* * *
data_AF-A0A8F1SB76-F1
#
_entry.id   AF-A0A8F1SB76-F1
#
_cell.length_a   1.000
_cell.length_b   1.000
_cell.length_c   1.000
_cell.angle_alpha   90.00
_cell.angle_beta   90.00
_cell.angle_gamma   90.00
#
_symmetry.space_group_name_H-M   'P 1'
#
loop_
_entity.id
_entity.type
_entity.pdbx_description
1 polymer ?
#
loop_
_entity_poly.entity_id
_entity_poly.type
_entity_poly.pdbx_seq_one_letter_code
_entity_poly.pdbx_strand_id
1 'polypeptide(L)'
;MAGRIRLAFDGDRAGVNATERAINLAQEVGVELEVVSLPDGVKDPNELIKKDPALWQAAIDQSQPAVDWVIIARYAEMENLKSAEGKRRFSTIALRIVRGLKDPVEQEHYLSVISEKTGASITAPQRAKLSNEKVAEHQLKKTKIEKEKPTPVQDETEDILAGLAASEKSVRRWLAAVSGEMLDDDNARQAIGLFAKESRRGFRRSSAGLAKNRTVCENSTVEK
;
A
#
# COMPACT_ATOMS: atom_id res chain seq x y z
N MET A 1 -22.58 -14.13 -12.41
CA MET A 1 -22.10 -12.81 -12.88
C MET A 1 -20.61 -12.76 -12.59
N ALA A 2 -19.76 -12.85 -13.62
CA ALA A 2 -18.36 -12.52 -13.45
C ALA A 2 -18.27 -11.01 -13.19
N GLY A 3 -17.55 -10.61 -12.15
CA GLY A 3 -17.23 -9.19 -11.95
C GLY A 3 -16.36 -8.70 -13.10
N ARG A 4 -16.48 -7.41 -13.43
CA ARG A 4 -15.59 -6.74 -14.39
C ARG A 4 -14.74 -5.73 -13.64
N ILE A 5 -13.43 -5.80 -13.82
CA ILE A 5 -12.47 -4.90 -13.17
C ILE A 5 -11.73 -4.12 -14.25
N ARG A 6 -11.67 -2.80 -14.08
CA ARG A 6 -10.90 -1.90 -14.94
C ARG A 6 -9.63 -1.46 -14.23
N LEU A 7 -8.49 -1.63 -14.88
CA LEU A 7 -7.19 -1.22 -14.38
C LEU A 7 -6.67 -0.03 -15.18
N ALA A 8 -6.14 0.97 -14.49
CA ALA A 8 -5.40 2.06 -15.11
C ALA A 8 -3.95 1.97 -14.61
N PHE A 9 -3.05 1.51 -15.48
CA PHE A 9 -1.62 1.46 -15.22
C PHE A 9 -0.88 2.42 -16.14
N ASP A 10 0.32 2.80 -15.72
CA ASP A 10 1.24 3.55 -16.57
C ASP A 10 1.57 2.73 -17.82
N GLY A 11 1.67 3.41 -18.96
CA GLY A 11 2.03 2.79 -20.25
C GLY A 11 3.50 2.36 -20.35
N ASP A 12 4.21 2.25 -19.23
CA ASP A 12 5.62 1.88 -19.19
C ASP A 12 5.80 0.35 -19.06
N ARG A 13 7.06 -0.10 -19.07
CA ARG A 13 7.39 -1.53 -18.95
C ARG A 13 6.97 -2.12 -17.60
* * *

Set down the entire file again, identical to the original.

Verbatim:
data_AF-A0A8F1SB76-F1
#
_entry.id   AF-A0A8F1SB76-F1
#
_cell.length_a   1.000
_cell.length_b   1.000
_cell.length_c   1.000
_cell.angle_alpha   90.00
_cell.angle_beta   90.00
_cell.angle_gamma   90.00
#
_symmetry.space_group_name_H-M   'P 1'
#
loop_
_entity.id
_entity.type
_entity.pdbx_description
1 polymer ?
#
loop_
_entity_poly.entity_id
_entity_poly.type
_entity_poly.pdbx_seq_one_letter_code
_entity_poly.pdbx_strand_id
1 'polypeptide(L)'
;MAGRIRLAFDGDRAGVNATERAINLAQEVGVELEVVSLPDGVKDPNELIKKDPALWQAAIDQSQPAVDWVIIARYAEMENLKSAEGKRRFSTIALRIVRGLKDPVEQEHYLSVISEKTGASITAPQRAKLSNEKVAEHQLKKTKIEKEKPTPVQDETEDILAGLAASEKSVRRWLAAVSGEMLDDDNARQAIGLFAKESRRGFRRSSAGLAKNRTVCENSTVEK
;
A
#
# COMPACT_ATOMS: atom_id res chain seq x y z
N MET A 1 -22.58 -14.13 -12.41
CA MET A 1 -22.10 -12.81 -12.88
C MET A 1 -20.61 -12.76 -12.59
N ALA A 2 -19.76 -12.85 -13.62
CA ALA A 2 -18.36 -12.52 -13.45
C ALA A 2 -18.27 -11.01 -13.19
N GLY A 3 -17.55 -10.61 -12.15
CA GLY A 3 -17.23 -9.19 -11.95
C GLY A 3 -16.36 -8.70 -13.10
N ARG A 4 -16.48 -7.41 -13.43
CA ARG A 4 -15.59 -6.74 -14.39
C ARG A 4 -14.74 -5.73 -13.64
N ILE A 5 -13.43 -5.80 -13.82
CA ILE A 5 -12.47 -4.90 -13.17
C ILE A 5 -11.73 -4.12 -14.25
N ARG A 6 -11.67 -2.80 -14.08
CA ARG A 6 -10.90 -1.90 -14.94
C ARG A 6 -9.63 -1.46 -14.23
N LEU A 7 -8.49 -1.63 -14.88
CA LEU A 7 -7.19 -1.22 -14.38
C LEU A 7 -6.67 -0.03 -15.18
N ALA A 8 -6.14 0.97 -14.49
CA ALA A 8 -5.40 2.06 -15.11
C ALA A 8 -3.95 1.97 -14.61
N PHE A 9 -3.05 1.51 -15.48
CA PHE A 9 -1.62 1.46 -15.22
C PHE A 9 -0.88 2.42 -16.14
N ASP A 10 0.32 2.80 -15.72
CA ASP A 10 1.24 3.55 -16.57
C ASP A 10 1.57 2.73 -17.82
N GLY A 11 1.67 3.41 -18.96
CA GLY A 11 2.03 2.79 -20.25
C GLY A 11 3.50 2.36 -20.35
N ASP A 12 4.21 2.25 -19.23
CA ASP A 12 5.62 1.88 -19.19
C ASP A 12 5.80 0.35 -19.06
N ARG A 13 7.06 -0.10 -19.07
CA ARG A 13 7.39 -1.53 -18.95
C ARG A 13 6.97 -2.12 -17.60